A horizontal layer of the soil, whose physical features, composition and age are distinct from those above and beneath, is referred to as a soil horizon. The naming of a horizon is based on the type of material of which it is composed. Those materials reflect the duration of specific processes of soil formation. They are labelled using a shorthand notation of letters and numbers which describe the horizon in terms of its colour, size, texture, structure, consistency, root quantity, pH, voids, boundary characteristics and presence of nodules or concretions.[344] No soil profile has all the major horizons. Some, called entisols, may have only one horizon or are currently considered as having no horizon, in particular incipient soils from unreclaimed mining waste deposits,[345] moraines,[346] volcanic cones[347] sand dunes or alluvial terraces.[348] Upper soil horizons may be lacking in truncated soils following wind or water ablation, with concomitant downslope burying of soil horizons, a natural process aggravated by agricultural practices such as tillage.[349] The growth of trees is another source of disturbance, creating a micro-scale heterogeneity which is still visible in soil horizons once trees have died.[350] By passing from a horizon to another, from the top to the bottom of the soil profile, one goes back in time, with past events registered in soil horizons like in sediment layers. Sampling pollen, testate amoebae and plant remains in soil horizons may help to reveal environmental changes (e.g. climate change, land use change) which occurred in the course of soil formation.[351] Soil horizons can be dated by several methods such as radiocarbon, using pieces of charcoal provided they are of enough size to escape pedoturbation by earthworm activity and other mechanical disturbances.[352] Fossil soil horizons from paleosols can be found within sedimentary rock sequences, allowing the study of past environments.[353]

The exposure of parent material to favourable conditions produces mineral soils that are marginally suitable for plant growth, as is the case in eroded soils.[354] The growth of vegetation results in the production of organic residues which fall on the ground as litter for plant aerial parts (leaf litter) or are directly produced belowground for subterranean plant organs (root litter), and then release dissolved organic matter.[355] The remaining surficial organic layer, called the O horizon, produces a more active soil due to the effect of the organisms that live within it. Organisms colonise and break down organic materials, making available nutrients upon which other plants and animals can live.[356] After sufficient time, humus moves downward and is deposited in a distinctive organic-mineral surface layer called the A horizon, in which organic matter is mixed with mineral matter through the activity of burrowing animals, a process called pedoturbation. This natural process does not go to completion in the presence of conditions detrimental to soil life such as strong acidity, cold climate or pollution, stemming in the accumulation of undecomposed organic matter within a single organic horizon overlying the mineral soil[357] and in the juxtaposition of humified organic matter and mineral particles, without intimate mixing, in the underlying mineral horizons.[358]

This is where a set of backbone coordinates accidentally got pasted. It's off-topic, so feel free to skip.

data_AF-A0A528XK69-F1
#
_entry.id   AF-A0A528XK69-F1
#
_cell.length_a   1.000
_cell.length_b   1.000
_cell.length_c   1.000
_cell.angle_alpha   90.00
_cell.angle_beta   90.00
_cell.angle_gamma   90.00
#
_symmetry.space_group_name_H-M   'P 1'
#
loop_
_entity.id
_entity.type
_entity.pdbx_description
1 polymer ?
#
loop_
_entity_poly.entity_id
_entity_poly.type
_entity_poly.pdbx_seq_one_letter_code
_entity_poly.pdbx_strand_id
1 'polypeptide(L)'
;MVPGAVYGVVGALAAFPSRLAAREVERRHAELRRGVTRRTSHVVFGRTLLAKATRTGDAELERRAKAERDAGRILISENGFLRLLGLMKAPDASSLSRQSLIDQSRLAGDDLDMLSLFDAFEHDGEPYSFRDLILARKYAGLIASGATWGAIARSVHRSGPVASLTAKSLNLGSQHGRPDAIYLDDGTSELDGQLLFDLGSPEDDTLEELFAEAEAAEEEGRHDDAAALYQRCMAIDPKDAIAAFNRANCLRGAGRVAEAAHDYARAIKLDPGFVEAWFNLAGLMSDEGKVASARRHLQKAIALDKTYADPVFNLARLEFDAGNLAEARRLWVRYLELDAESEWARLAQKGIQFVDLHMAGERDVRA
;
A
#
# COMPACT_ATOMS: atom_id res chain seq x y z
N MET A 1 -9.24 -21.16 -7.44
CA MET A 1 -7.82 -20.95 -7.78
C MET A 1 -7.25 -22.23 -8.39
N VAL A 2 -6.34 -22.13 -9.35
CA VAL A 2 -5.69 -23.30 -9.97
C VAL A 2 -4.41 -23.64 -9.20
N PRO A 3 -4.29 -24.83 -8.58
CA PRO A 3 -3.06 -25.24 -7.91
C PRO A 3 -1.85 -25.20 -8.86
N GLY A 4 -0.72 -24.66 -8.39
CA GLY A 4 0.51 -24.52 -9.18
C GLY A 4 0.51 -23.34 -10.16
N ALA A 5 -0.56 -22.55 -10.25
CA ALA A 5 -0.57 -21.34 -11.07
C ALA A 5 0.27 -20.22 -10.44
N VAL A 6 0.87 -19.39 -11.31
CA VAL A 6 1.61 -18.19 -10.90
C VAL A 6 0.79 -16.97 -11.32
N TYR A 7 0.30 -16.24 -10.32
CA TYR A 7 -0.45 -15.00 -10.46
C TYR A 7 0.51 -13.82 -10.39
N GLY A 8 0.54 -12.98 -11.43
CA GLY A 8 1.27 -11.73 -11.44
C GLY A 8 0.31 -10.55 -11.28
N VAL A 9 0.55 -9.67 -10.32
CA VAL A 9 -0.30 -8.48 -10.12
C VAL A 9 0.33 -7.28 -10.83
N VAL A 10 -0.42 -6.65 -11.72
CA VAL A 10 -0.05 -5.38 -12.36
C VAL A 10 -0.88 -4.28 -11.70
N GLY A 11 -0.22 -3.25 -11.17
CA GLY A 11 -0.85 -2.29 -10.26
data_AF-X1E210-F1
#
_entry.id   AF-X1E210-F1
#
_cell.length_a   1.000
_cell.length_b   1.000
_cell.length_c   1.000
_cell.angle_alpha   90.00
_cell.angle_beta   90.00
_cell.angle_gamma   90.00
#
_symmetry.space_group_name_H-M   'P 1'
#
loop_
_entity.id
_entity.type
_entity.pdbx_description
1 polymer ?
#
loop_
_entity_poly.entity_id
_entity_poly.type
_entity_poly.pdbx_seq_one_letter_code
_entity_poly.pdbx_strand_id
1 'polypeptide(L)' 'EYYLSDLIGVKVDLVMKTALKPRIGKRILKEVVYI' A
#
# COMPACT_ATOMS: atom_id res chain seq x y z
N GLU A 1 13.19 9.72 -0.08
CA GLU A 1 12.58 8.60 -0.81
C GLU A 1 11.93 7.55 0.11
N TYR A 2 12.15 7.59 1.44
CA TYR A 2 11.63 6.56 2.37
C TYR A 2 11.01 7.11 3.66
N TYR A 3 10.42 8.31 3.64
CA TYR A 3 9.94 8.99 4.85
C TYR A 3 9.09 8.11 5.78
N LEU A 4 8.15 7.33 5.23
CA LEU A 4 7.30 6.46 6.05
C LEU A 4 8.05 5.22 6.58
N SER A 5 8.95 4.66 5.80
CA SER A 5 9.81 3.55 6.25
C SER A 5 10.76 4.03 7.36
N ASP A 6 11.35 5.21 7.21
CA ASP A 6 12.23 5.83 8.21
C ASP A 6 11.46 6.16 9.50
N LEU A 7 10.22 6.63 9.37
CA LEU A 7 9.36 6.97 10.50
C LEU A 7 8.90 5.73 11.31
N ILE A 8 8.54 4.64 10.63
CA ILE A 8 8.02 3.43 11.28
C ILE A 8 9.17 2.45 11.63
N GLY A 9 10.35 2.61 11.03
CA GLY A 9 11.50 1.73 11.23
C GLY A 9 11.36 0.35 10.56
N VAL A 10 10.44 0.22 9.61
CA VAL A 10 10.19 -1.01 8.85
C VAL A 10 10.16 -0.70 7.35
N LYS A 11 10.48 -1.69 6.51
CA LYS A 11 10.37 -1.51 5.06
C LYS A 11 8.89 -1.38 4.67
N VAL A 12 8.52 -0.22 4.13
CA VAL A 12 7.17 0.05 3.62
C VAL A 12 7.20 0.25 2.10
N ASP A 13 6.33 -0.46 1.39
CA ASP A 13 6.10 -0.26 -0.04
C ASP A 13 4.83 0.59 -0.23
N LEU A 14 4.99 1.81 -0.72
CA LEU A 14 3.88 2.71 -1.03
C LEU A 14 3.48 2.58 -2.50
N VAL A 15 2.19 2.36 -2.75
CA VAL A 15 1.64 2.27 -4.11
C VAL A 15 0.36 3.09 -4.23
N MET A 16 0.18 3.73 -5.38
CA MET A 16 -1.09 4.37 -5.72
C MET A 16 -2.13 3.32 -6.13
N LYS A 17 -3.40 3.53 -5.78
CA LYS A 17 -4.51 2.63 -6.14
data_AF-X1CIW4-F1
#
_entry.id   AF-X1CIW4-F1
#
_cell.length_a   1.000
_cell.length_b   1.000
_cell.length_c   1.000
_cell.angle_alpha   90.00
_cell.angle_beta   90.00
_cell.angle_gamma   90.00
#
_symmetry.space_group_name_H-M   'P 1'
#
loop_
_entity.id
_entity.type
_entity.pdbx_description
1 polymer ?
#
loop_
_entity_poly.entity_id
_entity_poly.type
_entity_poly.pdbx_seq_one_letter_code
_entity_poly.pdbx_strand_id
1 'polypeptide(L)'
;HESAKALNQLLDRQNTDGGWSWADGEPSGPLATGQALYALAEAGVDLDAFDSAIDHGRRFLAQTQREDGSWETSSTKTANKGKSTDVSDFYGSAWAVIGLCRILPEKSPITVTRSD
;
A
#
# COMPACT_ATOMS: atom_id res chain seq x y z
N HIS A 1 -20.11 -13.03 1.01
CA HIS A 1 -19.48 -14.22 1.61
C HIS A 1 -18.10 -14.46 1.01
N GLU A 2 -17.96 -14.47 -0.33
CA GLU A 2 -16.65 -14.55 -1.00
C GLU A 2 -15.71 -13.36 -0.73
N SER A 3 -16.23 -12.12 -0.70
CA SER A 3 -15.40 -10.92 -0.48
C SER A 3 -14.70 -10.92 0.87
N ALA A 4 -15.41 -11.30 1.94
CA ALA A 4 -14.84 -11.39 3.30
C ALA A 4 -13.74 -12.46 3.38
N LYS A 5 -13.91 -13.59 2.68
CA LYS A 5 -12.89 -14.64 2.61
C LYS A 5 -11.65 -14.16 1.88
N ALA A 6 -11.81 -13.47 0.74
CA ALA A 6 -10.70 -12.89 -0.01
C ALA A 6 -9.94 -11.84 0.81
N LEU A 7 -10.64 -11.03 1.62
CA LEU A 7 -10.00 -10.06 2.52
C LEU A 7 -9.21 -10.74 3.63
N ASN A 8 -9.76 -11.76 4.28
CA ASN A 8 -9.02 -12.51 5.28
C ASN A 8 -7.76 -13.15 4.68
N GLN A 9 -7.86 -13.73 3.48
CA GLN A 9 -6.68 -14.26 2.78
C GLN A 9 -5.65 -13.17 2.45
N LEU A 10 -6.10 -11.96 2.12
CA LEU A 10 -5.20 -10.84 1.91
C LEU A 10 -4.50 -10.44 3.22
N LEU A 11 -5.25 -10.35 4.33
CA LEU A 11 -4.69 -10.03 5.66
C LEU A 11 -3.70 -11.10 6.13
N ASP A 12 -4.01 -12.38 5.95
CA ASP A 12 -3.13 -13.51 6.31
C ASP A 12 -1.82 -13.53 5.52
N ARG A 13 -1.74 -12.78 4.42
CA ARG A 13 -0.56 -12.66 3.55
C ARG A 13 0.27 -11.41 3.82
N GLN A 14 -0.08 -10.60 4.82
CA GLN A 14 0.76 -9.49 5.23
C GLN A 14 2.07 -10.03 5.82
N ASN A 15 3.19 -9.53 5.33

Soil is classified into categories in order to understand relationships between different soils and to determine the suitability of a soil in a particular region. One of the first classification systems was developed by the Russian scientist Vasily Dokuchaev around 1880.[359] It was modified a number of times by American and European researchers, and developed into the system commonly used until the 1960s. It was based on the idea that soils have a particular morphology based on the materials and factors that form them. In the 1960s, a different classification system began to emerge which focused on soil morphology instead of parental materials and soil-forming factors. Since then it has undergone further modifications. The World Reference Base for Soil Resources (WRB)[360] aims to establish an international reference base for soil classification.


Soil is used in agriculture, where it serves as the anchor and primary nutrient base for plants. The types of soil and available moisture determine the species of plants that can be cultivated. Agricultural soil science was the primeval domain of soil knowledge, long time before the advent of pedology in the 19th century. However, as demonstrated by aeroponics, aquaponics and hydroponics, soil material is not an absolute essential for agriculture, and soilless cropping systems have been claimed as the future of agriculture for an endless growing mankind.[361]